I saw your blog post a while back and had meant to write in, but of course got distracted - anyway really I don't have a question for you particularly but I wanted to say that your advice got, and continues to get, me through some very dark and confusing times. I really wanted to thank you for doing what you do. I'm so grateful that you lead a life that has its ups and downs like the rest of us, because you're able to give real advice as a result. This loving people thing isn't always straightforward and I'm so glad I have you out there blazing a trail and reporting back on how to handle it.
-- A Reader
Your kind words are much appreciated. In evaluating what I want to do with this blog in the future, and what other venues might exist for advice-giving, I have been thinking a lot about two questions:
1) Given that there are a limited number of activities/pursuits/goals I can reasonably expect to cram into my "spare" time, what are my priorities?
2) What is the value of making my private experience public? Do the benefits outweigh the risks? And what about the fact that my stories are almost always other people's stories as well, and that I cannot always get their permission/buy-in?
The topic of priorities came up in a conversation my husband recently had with his mother.
My mother-in-law has done a pretty good job of accepting our unconventional approach to marriage, and she's made a point of welcoming my boyfriend Cam into the family. But she was upset that on our recent family trip to Utah, Cam and I booked a Bed & Breakfast for one of the nights we were there. She would have preferred for us to stay at her house for the entire vacation, since it was such a short visit. Yes, she'd given me and Parker the guest bedroom, and Cam the living room couch, but handling the sleeping arrangements any other way would have felt awkward to her. Surely, Cam and I could stand to sleep apart for four measly nights, right?
She complained to Parker, "It's clear that Viny's first priority is Cam. And her second priority is [Parker's and my 8-year-old daughter] Sienna. But I don't even know where you fit in, Parker -- it seems like you're pretty far down on the list of priorities."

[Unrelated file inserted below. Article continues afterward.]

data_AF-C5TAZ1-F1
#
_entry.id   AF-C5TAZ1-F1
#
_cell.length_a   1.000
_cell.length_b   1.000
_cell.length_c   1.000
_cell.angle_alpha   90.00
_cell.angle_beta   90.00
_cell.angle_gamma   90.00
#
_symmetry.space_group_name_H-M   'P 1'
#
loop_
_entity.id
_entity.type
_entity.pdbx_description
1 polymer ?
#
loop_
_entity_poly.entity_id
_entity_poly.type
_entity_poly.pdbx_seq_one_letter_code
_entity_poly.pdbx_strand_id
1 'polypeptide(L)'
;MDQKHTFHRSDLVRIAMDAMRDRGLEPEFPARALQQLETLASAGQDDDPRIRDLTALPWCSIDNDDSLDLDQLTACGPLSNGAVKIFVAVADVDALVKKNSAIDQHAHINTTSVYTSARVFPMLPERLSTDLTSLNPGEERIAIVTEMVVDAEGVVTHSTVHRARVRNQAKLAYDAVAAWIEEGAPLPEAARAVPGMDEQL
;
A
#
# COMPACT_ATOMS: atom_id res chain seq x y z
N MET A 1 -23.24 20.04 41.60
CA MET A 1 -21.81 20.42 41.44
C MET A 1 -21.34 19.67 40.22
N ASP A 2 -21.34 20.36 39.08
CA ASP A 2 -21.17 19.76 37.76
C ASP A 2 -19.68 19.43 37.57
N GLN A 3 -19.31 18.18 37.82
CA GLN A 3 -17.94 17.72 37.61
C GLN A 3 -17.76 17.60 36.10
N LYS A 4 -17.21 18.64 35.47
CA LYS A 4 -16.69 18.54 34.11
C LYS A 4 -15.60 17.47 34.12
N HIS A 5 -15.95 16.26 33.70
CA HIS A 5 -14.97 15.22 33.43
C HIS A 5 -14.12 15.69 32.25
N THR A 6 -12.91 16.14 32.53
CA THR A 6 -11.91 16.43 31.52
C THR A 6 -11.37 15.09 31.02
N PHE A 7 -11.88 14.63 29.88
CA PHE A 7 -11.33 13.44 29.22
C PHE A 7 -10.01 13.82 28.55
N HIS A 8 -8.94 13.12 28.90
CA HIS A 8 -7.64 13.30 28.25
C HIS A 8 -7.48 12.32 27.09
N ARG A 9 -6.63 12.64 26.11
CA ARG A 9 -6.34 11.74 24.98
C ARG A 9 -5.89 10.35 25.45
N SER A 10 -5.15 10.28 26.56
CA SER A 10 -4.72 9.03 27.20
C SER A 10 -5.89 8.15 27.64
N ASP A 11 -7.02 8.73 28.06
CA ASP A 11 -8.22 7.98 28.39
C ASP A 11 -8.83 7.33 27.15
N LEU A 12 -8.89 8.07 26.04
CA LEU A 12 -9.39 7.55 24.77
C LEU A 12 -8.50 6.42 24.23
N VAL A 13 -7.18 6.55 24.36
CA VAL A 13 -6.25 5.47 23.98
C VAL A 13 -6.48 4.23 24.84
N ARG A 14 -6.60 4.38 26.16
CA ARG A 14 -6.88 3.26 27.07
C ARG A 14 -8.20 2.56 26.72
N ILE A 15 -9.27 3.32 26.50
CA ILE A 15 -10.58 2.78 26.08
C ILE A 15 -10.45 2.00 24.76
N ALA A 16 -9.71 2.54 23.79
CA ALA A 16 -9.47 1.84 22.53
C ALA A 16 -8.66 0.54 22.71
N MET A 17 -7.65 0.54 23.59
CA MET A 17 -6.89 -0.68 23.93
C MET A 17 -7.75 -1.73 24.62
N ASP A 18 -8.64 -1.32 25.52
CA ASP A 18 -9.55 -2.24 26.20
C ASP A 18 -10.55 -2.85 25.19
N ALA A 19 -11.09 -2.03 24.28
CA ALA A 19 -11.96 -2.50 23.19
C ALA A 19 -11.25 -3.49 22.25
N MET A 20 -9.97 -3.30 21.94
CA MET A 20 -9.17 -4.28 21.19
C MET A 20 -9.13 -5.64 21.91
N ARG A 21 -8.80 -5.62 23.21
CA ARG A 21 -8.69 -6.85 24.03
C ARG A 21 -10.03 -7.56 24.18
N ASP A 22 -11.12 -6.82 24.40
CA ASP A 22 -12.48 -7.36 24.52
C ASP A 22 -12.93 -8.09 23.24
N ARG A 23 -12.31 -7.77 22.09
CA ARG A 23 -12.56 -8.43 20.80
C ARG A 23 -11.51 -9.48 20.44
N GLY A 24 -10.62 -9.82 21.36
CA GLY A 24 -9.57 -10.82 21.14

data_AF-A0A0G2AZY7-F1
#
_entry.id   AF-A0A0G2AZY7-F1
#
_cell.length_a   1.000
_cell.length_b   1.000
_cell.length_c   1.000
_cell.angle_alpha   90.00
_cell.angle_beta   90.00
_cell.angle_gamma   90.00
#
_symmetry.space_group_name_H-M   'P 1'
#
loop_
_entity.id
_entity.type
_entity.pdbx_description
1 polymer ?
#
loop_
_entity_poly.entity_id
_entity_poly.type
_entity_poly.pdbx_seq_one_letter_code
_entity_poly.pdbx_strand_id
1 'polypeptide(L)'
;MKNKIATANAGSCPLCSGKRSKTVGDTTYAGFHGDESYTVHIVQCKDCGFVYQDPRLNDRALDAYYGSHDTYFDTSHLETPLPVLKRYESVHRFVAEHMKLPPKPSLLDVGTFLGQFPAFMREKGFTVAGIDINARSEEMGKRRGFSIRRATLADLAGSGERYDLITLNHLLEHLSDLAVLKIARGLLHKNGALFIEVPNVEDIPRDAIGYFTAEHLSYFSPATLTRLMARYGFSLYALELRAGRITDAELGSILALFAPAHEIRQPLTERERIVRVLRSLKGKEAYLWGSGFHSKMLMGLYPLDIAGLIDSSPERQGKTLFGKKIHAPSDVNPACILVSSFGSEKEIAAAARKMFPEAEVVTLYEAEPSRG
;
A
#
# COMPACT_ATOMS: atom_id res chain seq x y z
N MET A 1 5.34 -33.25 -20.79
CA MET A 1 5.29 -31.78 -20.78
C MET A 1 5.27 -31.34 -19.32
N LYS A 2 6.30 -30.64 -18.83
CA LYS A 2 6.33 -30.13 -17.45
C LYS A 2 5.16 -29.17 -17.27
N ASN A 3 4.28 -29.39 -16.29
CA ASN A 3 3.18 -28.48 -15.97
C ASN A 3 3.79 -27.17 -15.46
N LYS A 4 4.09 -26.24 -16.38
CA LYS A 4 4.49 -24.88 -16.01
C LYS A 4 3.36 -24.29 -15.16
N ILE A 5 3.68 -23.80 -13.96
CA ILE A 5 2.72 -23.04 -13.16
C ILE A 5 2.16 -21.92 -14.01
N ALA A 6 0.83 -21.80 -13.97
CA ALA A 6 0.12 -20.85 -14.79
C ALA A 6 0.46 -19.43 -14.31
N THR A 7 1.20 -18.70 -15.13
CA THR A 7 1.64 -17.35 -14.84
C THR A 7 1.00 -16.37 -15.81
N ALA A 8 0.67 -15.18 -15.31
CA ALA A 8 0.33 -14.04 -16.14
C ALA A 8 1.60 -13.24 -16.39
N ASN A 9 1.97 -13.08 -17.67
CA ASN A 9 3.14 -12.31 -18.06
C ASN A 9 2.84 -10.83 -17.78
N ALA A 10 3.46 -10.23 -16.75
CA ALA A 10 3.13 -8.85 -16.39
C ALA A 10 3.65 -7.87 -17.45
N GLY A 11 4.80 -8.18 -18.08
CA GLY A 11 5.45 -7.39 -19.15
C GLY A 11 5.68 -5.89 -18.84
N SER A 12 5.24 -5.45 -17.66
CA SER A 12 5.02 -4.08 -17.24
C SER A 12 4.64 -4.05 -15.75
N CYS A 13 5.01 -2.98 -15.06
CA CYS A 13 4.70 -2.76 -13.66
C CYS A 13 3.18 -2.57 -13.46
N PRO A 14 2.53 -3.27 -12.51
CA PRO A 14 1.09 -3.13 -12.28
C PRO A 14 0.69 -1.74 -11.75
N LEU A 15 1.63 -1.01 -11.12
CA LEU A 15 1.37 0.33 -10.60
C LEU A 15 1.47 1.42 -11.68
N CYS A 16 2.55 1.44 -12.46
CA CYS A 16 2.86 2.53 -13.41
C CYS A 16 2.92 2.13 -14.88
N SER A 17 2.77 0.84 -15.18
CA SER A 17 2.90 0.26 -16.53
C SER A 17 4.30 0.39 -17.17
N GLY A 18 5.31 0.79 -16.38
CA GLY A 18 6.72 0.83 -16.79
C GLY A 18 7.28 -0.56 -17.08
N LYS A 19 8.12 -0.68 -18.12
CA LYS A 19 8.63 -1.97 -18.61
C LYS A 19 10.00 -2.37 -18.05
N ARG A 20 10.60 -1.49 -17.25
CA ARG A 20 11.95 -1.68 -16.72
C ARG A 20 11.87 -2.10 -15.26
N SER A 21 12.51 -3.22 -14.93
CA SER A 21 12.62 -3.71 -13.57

Granted, she was frustrated and angry when she said this; she was also probably worried about Parker feeling left out, given that he wasn't spending the night at a cool B&B. But I figured I'd better address her concerns directly. So I asked her about what she had said to Parker, and asked her for an opportunity to explain what I think my priorities are.
I told her that my first priority is actually what I call the family ecosystem. This system is made up of individuals, yes, but it is far greater than the sum of its parts, because it also encompasses the dynamic interplay of the relationships between those individuals. Put more simply: I try to make decisions based on what is going to be best for group functioning. Sometimes that looks kind of like utilitarianism (maximizing happiness by thinking about which choice is likely to result in the greatest good for the greatest number). Other times, it may seem on the surface to be favoritism. Or even pure selfishness. Maybe sometimes it is favoritism, or selfishness -- but I try very hard not to indulge in either, unless I feel that doing so will ultimately be in everyone's best interests.
Mind you, I don't always succeed in prioritizing the family ecosystem. But it's always my intention to put the overall healthy functioning of the group first.
Luckily, my mother-in-law seemed to appreciate both this explanation and the intentions behind it. Family feud averted. Whew!
I still have to finish packing for yet another family reunion -- my side of the family, this time -- so I'll have to post this in its half-baked state. Thanks for giving me that little nudge, and a reason to reflect.
Applesauce & Dental floss,